Update 7/26/08. There have been recent USB driver (4-28-08) and firmware (5-07-08) updates, and the PC software has been replaced (7-04-08), but the most significant change is that SportTracks now supports the GH615 via a plugin. Since I use SportTracks I have not looked closely at the new “g-Sports PC Utility” software, but it appears to be more functional than the original “PC Utility” software. Some significant quirks remain. When the GH615B is set to STATUTE(ft, mph) units, the elevation still displays in miles — e.g. 1.702 miles instead of 8987 ft.
Update 9/10/07. Shortly after writing this post I learned that the GH-615B has been discontinued in the U.S. in favor of the GH-615M, which includes a heart rate monitor.
Chugging up Mt. Baden-Powell, I pushed various buttons on the GlobalSat GH615B, searching for the screen that displays elevation. I had seen it on a run during the week, and now I couldn’t find it. Wait… What? My elevation is 1.702 MILES??
When my Forerunner 205 had to be returned to Garmin a second time, it seemed like a good time to see if there were any new GPS-based running watches I could use for tracing the routes of my trail runs. The description of the GH615B on the GlobalSat web site looked promising. Like the Forerunner 205/305 it had a watch-like design, and the specs said it also used the newer, more sensitive, SiRFstarIII GPS technology.
My first impression was not positive. Out of the box, with old firmware and software installed, the watch was almost unusable. Actually, I could use it, I just couldn’t do much with the data. Updating the USB driver, firmware, and PC interface software helped some. But it wasn’t until installation of the July 2007 round of updates that I could routinely transfer activity data from the watch to the “PC Utility” software, and then export a GPX file that could be imported into applications such as SportTracks and MotionBased.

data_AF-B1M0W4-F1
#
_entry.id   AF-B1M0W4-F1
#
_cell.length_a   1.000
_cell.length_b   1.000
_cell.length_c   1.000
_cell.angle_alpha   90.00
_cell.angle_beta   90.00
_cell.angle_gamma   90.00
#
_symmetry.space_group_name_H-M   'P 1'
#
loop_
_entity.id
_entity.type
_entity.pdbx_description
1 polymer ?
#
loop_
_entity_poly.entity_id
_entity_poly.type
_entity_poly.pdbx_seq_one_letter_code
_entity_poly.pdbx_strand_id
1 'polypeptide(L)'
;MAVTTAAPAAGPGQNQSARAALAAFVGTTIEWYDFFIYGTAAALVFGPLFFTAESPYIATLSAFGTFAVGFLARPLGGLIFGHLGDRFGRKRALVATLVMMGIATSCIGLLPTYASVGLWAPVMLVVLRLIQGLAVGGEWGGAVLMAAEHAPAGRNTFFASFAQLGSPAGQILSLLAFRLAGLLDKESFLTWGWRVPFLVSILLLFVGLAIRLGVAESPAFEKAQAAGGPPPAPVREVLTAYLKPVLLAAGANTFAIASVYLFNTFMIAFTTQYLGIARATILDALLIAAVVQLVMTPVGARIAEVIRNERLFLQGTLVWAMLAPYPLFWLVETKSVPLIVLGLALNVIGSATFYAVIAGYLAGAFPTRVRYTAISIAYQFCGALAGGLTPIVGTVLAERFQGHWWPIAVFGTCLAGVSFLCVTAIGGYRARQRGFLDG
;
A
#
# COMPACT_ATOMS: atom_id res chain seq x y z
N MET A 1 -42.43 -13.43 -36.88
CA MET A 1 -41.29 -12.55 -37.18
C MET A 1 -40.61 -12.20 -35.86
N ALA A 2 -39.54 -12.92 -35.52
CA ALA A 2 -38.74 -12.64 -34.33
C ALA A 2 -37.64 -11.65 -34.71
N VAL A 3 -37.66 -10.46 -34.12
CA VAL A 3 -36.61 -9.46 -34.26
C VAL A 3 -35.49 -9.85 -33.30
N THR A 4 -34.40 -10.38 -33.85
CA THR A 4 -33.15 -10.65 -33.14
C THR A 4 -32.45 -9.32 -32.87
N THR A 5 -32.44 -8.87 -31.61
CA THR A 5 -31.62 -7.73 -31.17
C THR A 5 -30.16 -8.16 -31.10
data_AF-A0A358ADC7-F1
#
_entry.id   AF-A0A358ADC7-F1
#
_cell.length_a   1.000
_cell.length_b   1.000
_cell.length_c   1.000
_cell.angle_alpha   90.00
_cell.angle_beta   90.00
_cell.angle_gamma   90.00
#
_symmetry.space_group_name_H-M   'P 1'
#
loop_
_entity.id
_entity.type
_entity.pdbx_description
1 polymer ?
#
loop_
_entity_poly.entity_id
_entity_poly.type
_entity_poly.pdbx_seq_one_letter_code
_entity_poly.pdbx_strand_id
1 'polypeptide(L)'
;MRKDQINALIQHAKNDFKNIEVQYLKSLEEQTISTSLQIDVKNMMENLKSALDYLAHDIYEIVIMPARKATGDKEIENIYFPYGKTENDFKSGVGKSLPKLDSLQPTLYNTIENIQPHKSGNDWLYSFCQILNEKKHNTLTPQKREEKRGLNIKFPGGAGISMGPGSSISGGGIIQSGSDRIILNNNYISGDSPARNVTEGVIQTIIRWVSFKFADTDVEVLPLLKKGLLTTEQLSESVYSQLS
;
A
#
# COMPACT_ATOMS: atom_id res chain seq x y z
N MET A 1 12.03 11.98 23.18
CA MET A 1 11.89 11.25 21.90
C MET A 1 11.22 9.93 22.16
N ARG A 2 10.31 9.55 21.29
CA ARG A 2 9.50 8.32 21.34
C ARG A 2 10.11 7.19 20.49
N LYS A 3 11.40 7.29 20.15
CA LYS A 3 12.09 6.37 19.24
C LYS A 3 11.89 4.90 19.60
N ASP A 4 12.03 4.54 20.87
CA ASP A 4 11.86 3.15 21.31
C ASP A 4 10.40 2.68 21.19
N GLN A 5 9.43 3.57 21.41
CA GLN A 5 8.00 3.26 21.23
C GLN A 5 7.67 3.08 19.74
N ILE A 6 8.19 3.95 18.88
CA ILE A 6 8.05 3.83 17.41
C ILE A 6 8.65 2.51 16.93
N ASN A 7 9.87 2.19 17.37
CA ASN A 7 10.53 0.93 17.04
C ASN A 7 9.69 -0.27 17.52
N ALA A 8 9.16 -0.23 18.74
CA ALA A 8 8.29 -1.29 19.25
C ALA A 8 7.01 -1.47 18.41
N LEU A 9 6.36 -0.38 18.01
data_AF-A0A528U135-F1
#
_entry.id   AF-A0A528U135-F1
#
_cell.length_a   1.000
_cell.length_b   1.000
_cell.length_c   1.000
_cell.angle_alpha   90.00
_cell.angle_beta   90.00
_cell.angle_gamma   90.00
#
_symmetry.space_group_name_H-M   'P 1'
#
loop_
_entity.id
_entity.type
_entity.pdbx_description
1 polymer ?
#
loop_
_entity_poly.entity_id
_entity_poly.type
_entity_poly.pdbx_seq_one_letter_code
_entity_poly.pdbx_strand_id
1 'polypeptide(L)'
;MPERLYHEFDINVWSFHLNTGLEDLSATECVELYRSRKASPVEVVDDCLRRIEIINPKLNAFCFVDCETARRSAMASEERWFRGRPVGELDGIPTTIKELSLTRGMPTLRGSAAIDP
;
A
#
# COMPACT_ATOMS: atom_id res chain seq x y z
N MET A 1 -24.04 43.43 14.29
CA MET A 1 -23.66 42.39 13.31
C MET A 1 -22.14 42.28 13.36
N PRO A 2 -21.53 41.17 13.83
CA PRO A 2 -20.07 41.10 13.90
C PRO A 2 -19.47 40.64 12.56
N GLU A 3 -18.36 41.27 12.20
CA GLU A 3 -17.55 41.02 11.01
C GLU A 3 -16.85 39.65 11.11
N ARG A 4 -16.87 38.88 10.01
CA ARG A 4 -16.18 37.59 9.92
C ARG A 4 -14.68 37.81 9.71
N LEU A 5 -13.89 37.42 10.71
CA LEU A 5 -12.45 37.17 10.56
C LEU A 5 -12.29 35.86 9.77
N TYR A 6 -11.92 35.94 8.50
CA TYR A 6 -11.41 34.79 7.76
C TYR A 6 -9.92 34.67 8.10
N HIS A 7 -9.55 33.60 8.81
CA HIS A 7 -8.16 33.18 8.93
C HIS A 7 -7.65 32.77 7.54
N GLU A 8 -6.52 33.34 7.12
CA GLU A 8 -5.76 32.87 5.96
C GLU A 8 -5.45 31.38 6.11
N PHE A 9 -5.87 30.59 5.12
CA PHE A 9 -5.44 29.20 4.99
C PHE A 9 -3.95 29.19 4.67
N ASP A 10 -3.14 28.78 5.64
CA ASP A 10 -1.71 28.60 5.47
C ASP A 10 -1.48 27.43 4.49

Even with the July updates, the “PC Utility” software included with the GH615B is primitive. The software has no activity management features, and serves mainly as a data conversion tool. It can display track data on a Google map, or export a track to Google Earth Plus. It can also generate Altitude/Time and Speed/Time graphics, but these are rudimentary.
The GH615B’s default setting of recording one trackpoint per second will create a high resolution GPS track that will indicate almost every twist and turn of a trail. Here’s a Google Earth image that shows GPS tracks from the GH615B using the 1 second resolution setting, and the Forerunner 205 using the “Smart Recording” setting. The image shows an approximately 5 mile section of trail from Islip Saddle down to the South Fork Campground, in the San Gabriel Mountains. (These tracks were recorded on different days.)
For day to day workouts the one trackpoint per second resolution setting is probably overkill, and will produce proportionally larger GPX files than a setting of (for example) a trackpoint every 3 seconds. The GH615B does not currently have an adaptive recording option like the “Smart Recording” feature of the Forerunner 205/305, but has much more trackpoint storage capacity.
Although somewhat quirky, and not nearly as polished and feature-rich as the Forerunner 205/305, the GH615B did seem to do a good job of tracking my running routes, even in difficult terrain. With some firmware updates and bundled with decent software, it might do a better job of finding its way in the GPS-based fitness watch market.
The photograph of the GH615B and Forerunner 205 was taken at the end of a sweltering out and back run to Las Virgenes Canyon from the Victory Trailhead of Upper Las Virgenes Canyon Open Space Preserve (formerly Ahmanson Ranch) on the afternoon of August 29.
Related post: Garmin Forerunner 205